The project is raising the visibility of the Santhal community
A unique initiative is helping Indigenous people in India exchange knowledge about locally available foods to improve dietary diversity – part of the UN Sustainable Development Goal related to food security and nutrition. The project, coordinated by the University of East Anglia (UEA), is raising the visibility of the Santhal community, enabling the most marginalized to voice their own perspectives using cameras and filmmaking skills.
With support from UEA through the Global Research Translation Award entitled ‘Meeting the SDGs’ and a local NGO partner (PRADAN), 10 Santhal youth were trained to make films about locally available foods and other issues of concern.The nearly 50 films they produced were broadcast on a YouTube channel and screened in their local villages. The group also took part in interviews and discussions with viewers who attended the screenings. Prof Nitya Rao, professor of gender and development in UEA’s School of International Development, is the lead author of ‘Cameras in the hands of Indigenous youth: Participation, films, and nutrition in India,’ published today in Current Developments in Nutrition.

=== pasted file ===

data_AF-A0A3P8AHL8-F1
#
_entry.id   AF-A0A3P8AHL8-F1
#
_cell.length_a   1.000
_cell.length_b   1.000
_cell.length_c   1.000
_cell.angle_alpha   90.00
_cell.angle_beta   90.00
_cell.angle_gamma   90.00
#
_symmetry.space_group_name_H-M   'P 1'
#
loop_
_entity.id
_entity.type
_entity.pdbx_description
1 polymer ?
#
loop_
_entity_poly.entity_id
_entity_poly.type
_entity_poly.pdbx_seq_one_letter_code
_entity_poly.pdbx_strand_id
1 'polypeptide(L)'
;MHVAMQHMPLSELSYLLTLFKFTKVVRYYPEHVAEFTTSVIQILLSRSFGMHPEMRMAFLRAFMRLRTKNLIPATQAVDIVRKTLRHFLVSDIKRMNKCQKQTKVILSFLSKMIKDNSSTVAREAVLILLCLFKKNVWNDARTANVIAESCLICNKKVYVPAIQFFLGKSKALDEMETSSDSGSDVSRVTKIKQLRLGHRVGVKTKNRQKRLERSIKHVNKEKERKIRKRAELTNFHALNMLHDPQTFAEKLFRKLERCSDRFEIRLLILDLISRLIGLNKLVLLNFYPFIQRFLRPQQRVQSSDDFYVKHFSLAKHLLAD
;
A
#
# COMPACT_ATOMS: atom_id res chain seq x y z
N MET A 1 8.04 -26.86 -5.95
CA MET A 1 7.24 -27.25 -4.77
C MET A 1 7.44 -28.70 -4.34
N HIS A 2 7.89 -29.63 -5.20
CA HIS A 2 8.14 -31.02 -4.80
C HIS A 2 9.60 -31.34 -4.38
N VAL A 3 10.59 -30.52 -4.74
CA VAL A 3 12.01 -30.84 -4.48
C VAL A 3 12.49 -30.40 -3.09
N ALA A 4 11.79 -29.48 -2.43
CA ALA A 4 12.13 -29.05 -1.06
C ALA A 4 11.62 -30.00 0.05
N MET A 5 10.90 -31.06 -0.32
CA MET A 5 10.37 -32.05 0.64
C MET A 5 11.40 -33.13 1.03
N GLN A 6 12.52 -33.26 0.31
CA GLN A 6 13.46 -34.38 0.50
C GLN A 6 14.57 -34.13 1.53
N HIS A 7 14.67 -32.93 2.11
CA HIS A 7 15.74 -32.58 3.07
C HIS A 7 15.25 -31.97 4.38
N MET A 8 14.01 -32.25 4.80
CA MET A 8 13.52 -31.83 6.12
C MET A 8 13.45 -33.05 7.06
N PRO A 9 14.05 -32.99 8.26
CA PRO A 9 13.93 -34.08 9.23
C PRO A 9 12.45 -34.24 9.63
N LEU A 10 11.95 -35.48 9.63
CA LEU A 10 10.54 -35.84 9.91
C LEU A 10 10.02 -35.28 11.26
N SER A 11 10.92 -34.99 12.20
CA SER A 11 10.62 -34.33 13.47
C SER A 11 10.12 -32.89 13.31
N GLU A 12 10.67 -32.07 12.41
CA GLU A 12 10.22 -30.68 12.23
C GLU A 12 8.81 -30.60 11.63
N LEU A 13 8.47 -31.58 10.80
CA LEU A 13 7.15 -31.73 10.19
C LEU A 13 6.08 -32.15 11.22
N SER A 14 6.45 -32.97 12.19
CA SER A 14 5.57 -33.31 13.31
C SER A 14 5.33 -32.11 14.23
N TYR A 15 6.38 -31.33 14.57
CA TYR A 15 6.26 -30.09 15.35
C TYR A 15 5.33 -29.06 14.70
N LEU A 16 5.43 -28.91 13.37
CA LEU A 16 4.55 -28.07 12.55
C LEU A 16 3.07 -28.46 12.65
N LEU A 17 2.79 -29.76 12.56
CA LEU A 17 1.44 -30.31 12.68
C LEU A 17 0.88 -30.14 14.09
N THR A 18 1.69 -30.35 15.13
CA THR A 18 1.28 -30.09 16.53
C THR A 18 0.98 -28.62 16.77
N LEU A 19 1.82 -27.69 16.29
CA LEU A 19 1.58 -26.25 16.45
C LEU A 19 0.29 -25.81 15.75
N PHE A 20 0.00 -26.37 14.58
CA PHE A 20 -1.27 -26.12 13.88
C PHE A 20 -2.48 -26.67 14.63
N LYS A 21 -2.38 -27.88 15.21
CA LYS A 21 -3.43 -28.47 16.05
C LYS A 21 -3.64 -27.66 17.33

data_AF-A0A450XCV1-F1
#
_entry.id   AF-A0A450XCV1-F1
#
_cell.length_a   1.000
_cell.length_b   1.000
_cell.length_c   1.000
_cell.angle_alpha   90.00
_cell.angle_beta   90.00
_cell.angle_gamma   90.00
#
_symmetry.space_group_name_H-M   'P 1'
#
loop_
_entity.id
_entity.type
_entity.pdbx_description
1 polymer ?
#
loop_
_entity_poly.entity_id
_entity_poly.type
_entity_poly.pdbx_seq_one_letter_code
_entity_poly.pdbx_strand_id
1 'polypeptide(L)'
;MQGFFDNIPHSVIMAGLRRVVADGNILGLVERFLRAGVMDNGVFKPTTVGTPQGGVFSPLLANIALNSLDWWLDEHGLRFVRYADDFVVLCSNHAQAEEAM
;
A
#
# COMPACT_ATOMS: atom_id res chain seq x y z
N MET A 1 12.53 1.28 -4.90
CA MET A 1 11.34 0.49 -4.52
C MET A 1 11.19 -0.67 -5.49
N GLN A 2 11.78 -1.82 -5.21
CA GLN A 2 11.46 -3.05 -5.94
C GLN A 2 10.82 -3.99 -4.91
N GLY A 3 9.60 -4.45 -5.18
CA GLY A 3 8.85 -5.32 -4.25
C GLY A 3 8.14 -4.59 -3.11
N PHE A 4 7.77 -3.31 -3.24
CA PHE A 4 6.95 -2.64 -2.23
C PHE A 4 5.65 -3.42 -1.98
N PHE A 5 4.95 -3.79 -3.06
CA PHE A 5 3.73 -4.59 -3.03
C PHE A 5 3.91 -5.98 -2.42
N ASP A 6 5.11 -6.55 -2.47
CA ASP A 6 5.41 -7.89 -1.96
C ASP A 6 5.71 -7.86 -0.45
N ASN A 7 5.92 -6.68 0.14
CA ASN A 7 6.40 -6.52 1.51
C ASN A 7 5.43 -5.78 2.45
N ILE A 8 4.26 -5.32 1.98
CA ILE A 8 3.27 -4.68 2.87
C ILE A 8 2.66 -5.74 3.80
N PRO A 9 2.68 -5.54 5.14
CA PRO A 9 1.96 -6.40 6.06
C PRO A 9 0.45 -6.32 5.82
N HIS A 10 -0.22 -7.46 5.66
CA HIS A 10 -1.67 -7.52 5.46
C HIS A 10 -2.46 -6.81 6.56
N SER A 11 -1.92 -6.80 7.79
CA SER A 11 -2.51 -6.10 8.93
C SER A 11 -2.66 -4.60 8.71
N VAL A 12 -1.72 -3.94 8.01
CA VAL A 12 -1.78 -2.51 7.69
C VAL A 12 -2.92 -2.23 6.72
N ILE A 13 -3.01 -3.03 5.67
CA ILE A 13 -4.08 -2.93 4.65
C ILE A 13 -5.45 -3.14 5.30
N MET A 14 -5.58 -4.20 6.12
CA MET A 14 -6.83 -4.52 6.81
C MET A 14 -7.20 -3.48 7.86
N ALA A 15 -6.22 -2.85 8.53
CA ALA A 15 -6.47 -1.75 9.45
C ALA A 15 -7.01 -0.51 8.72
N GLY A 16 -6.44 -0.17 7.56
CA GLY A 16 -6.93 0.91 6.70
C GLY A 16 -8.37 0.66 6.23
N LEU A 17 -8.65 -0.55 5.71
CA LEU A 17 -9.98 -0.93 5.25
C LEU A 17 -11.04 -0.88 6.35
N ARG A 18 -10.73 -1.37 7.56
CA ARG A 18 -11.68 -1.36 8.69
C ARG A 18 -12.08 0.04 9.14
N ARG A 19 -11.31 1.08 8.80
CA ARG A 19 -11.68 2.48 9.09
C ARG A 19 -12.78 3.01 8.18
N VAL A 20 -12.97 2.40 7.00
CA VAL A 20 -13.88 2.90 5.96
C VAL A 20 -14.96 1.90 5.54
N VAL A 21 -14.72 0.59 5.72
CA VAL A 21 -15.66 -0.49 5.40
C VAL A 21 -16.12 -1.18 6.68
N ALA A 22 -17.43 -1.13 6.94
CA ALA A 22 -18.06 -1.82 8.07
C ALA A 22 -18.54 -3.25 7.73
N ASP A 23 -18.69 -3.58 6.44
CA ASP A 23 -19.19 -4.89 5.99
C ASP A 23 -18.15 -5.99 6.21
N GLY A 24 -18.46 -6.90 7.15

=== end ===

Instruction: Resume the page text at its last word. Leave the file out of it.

Prof Rao said: “These young filmmakers are voicing a critical issue, whether endemic malnutrition or vast deforestation, as a call to policy-makers for remedial action. “The role of self-expression, especially for Indigenous communities, is important given their historical marginalization. By enabling their participation in governance and the political space, transformative change alongside improved health and nutritional outcomes will be more achievable. “The use of the YouTube channel as a digital ‘space’ created by the participants gave them an opportunity to set the agenda where they can speak without interruption about their everyday needs and the challenges they confront.” The young filmmakers are from the Jamui district of Bihar, among the worst-off districts in India for meeting the SDGs.